Shadow housing minister Jack Dromey has apologised in the House of Commons for failing to declare payments of almost £60,000 for work he carried out for Unite while an MP.
Dromey was Unite’s deputy secretary general when he was elected in May 2010. Just after the election he wrote in his register of interests that he was leaving the post and was declining a salary from after the election. Dromey told the parliamentary committee on standards and privileges he was then asked to stay on to deal with an internal matter.
A report by the committee says Dromey failed to declare £28,173 in wages and a £30,000 “ex gratia” payment paid to him by the union between June and November 5 2010. He did not register the wages until October 4th 2010 or the £30,000 payment until July 7 2011.
The standards commissioner John Lydon says the failure was unintentional and welcomed Dromey’s co-operation with the inquiry. The committee’s report however says the breeches were “serious”. The report also criticises Dromey’s failure to declare an interest before interventions in two Parliamentary debates.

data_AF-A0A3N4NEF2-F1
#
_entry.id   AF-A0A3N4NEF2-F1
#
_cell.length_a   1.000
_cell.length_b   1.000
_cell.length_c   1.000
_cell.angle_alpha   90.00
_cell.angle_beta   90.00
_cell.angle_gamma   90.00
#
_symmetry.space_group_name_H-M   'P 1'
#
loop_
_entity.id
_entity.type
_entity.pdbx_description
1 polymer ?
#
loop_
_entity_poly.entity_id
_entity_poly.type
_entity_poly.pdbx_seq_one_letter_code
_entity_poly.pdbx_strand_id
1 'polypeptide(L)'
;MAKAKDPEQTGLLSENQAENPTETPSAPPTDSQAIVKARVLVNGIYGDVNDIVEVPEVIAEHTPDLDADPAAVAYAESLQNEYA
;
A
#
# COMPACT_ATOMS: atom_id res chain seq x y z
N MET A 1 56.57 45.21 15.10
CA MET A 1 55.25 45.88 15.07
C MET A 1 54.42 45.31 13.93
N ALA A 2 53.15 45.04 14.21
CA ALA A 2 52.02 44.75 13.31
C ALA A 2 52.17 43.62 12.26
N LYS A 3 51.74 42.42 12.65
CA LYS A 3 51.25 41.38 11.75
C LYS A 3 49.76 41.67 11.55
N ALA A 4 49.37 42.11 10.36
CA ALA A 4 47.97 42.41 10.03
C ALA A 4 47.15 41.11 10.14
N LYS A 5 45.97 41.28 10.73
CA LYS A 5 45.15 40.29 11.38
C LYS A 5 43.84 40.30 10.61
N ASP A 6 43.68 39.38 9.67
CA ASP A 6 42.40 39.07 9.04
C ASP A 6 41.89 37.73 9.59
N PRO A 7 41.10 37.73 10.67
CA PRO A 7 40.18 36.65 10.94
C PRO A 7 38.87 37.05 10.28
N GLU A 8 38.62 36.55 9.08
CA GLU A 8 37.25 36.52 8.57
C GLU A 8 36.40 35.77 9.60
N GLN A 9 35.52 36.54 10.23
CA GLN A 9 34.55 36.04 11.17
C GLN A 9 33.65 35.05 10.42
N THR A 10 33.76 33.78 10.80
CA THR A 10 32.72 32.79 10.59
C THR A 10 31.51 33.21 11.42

Speaking in the House of Commons yesterday, Dromey said: “I failed to update in time my initial registration in respect of payments received from my previous employer during the months of June to October 2010. This I have now done. I also failed to declare an interest in speaking in two debates on 16 June and 16 September 2010.
“Notwithstanding that the commissioner found, and the Committee noted, that the breaches were unintentional, I want to apologise unreservedly to the House, and I will in future fully abide by the rules of the House.”
Dromey also had use of a telephone and car provided by the union for which £4,145 was deducted from the November payment of £30,000.
Conservative MP Andrew Bridgen originally called for an investigation into the payments. He says as Labour party treasurer for six years and the husband of Labour deputy leader Harriet Harman, an MP since 1982, Dromey should have known he needed to register the payments earlier.
He says: “Once again, Labour have been found guilty of putting the vested interest of the trade unions ahead of the interest of the British people. Ed Miliband can talk all he likes about taking on the unions, but unless he publicly reprimands his Shadow Minister’s misconduct, people will see him for what he is – weak and in the pockets of his union paymasters.”